snipped

However for the benefit of those who may be reading this thread and who think that the method of naming "us" as " preferred" or "senior" etc confers some kind of status to our comments on a particular subject ..it doesnt ..it is based on the number of posts we made ..no more ...or less than that ..

Copyright law ...prohibits the making of copies without permission in writing from the copyright owner ..
Making a copy without this written permission is illegal ..wether or not the intention is to distribute or publish it is not considered when the judge decides if the law has been broken ( the distribution /publishing etc may be important to the damages ..not to the act law breaking itself ) ...

Thus photographing a painting or sculpture which is on exhibition in a gallery or in a private collection or residence is illegal unless you have a written authorisation from the artist or the copyright holder to do so ..the permission of the gallery or the owner of the work of art is not sufficient ...

As Webwork ( a lawyer and highly respected member here ) points out in another thread here ...you will probably get sued and you will lose ..

The only possible exception to this is if you sit in front of the picture or sculpture and create your own painting or sculpture using paint or clay etc while looking at the first..this is the method still used in France in particular to "teach" students the "methods of the masters "...it is in my opinion of doubtfull benefit and I personally have never encouraged my students to do so ....some museums allow this ..some do not ...this form of "copying" is not considerd by legal authorities to be in breach of the law ...

However applying the same proceedure to literature , music etc is plagiarism and when it is confirmed results in prosecution , fines , expulsion from college etc ..rightly so ...

With regard to fair use ..you will notice in the extracts from the "Berne Conventions" ( which have BTW been constantly ammended to include IT etc ) which the previous poster quoted and which ( with apologies to Brett and the mods for the bandwidth ) I do so again here below ....all references to fair use are related to newspapers , teaching , broadcasters , critics etc ...they are not intended to ..and do not apply to commercial use as "padding" in 3rd party websites , books or magazines by unrecognised people masquerading as publishers or journalists ....

These provisions were designed so as to allow the "4th estate" to function ...not to fill google cache or the webpages of people with too little creativity to produce their own copy ....it is not because large organistions such as google have uptil now not faced succesfull prosecution that they are not breaking the law ..their time will come ....

Microsoft were eventually tried and prosecuted for antitrust ...the years leading upto the verdict were taken into account in deciding the punishment ....

The quotes from "Berne" merit carefull reading by those who understand the meaning of English or their own language ...some here merely think they do ...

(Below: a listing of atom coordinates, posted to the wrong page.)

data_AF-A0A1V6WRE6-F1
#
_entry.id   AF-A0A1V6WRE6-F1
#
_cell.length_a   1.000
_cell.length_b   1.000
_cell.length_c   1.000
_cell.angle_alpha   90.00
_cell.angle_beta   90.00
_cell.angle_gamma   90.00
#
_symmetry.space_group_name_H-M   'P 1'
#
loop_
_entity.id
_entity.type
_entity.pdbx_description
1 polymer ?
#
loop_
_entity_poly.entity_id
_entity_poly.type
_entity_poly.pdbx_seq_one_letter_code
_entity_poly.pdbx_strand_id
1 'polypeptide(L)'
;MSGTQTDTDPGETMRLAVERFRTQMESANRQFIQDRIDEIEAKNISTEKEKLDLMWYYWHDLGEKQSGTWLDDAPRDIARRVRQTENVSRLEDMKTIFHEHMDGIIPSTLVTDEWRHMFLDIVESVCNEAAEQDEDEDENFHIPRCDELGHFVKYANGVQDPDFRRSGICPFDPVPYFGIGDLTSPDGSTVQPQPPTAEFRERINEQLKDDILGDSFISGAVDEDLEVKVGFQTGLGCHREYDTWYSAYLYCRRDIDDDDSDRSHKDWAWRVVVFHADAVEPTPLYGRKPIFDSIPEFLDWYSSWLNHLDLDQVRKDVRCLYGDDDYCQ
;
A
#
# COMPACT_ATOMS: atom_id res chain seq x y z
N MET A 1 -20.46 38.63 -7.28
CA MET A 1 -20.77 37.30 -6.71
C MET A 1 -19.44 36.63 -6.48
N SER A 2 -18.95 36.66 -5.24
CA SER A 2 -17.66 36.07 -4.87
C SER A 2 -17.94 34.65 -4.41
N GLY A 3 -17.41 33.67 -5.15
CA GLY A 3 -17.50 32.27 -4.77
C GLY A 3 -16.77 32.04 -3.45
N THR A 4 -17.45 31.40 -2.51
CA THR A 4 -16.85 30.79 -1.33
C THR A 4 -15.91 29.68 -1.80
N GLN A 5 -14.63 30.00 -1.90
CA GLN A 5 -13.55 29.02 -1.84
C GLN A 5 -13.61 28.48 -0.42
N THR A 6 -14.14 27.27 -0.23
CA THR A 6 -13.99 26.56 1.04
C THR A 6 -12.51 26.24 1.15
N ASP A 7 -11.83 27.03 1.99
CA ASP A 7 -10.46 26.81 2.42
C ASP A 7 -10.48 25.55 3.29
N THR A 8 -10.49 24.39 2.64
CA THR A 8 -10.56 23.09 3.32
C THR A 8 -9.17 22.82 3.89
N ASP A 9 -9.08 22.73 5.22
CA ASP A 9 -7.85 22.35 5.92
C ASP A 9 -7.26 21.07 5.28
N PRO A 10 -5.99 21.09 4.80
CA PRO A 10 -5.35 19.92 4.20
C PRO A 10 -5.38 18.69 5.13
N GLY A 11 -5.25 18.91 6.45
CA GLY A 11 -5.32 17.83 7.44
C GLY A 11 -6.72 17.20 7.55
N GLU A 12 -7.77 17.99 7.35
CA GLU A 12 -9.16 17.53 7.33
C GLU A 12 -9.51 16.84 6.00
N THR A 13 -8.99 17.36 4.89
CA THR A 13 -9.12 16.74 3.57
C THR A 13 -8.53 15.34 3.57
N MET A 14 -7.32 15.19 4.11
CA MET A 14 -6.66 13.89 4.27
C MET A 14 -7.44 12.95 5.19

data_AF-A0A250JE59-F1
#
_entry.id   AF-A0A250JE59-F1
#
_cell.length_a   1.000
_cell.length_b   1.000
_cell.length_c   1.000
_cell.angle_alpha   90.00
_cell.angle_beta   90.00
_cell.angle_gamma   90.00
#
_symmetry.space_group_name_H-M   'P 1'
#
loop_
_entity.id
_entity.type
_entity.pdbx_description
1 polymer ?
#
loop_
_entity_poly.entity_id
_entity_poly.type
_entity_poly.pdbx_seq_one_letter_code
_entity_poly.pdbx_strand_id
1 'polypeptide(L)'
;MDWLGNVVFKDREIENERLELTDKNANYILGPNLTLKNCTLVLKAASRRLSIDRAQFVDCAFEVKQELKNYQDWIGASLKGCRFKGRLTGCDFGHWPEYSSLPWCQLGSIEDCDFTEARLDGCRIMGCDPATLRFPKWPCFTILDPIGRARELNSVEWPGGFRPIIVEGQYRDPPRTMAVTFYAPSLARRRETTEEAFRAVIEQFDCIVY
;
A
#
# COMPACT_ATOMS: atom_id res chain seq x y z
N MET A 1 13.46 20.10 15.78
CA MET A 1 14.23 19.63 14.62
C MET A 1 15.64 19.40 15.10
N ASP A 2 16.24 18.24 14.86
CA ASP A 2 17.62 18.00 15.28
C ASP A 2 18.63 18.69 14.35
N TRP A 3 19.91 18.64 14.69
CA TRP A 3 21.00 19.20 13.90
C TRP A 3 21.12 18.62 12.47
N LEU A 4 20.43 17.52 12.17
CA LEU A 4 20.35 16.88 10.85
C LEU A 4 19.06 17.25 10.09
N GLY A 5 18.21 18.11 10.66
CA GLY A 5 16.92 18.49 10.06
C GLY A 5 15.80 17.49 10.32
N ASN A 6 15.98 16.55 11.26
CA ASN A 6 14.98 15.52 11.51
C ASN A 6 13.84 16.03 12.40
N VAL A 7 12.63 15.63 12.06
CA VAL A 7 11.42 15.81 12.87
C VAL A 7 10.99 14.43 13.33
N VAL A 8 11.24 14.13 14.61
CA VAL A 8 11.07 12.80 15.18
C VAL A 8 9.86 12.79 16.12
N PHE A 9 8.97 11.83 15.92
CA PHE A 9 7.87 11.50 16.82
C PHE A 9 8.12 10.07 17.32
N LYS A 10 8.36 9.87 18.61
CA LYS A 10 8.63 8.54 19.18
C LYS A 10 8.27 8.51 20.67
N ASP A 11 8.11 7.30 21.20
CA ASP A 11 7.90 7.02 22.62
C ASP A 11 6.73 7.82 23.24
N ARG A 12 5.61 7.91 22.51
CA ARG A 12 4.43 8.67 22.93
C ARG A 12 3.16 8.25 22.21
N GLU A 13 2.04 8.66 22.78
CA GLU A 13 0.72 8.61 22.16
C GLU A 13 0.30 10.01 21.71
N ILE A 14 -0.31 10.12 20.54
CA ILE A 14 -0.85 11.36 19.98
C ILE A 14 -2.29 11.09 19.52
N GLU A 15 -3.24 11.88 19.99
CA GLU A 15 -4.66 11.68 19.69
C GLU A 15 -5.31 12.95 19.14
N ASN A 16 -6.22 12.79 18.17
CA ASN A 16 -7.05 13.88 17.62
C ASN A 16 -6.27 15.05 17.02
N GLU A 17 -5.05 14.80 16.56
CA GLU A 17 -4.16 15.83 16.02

"publication" does not mean "your private website"...
nor the inside of your "private photo albums"..showing these things to a larger public and claiming fair use as though you are the NY Times or a UCLA researcher doing a book reveiw or aDoctorate thesis or putting yourself on the level of the art critic of The Daily Herald will not be considered a fair use reason to photograph sculptures without the written permision of the artist ...it is not because a law is difficult to enforce that it is not the law ...

If I sell you a sculpture ..you may not photograph that sculpture or / and send or sell the photo to anyone without my permission nor may you give permission to someone else to take the photo etc etc ....sounds crazy? ..sorry its the law ...( Not at all sorry really ..it's how I protect my means of putting food on my kid's table )...

Article 10
(1) It shall be permissible to make quotations from a work which has already been lawfully made available to the public, provided that their making is compatible with fair practice, and their extent does not exceed that justified by the purpose, including quotations from newspaper articles and periodicals in the form of press summaries.

(2) It shall be a matter for legislation in the countries of the Union, and for special agreements existing or to be concluded between them, to permit the utilization, to the extent justified by the purpose, of literary or artistic works by way of illustration in publications, broadcasts or sound or visual recordings for teaching, provided such utilization is compatible with fair practice.

(3) Where use is made of works in accordance with the preceding paragraphs of this Article, mention shall be made of the source, and of the name of the author, if it appears thereon.

Article 10bis

(1) It shall be a matter for legislation in the countries of the Union to permit the reproduction by the press, the broadcasting or the communication to the public by wire, of articles published in newspapers or periodicals on current economic, political or religious topics, and of broadcast works of the same character, in cases in which the reproduction, broadcasting or such communication thereof is not expressly reserved. Nevertheless, the source must always be clearly indicated; the legal consequences of a breach of this obligation shall be determined by the legislation of the country where protection is claimed.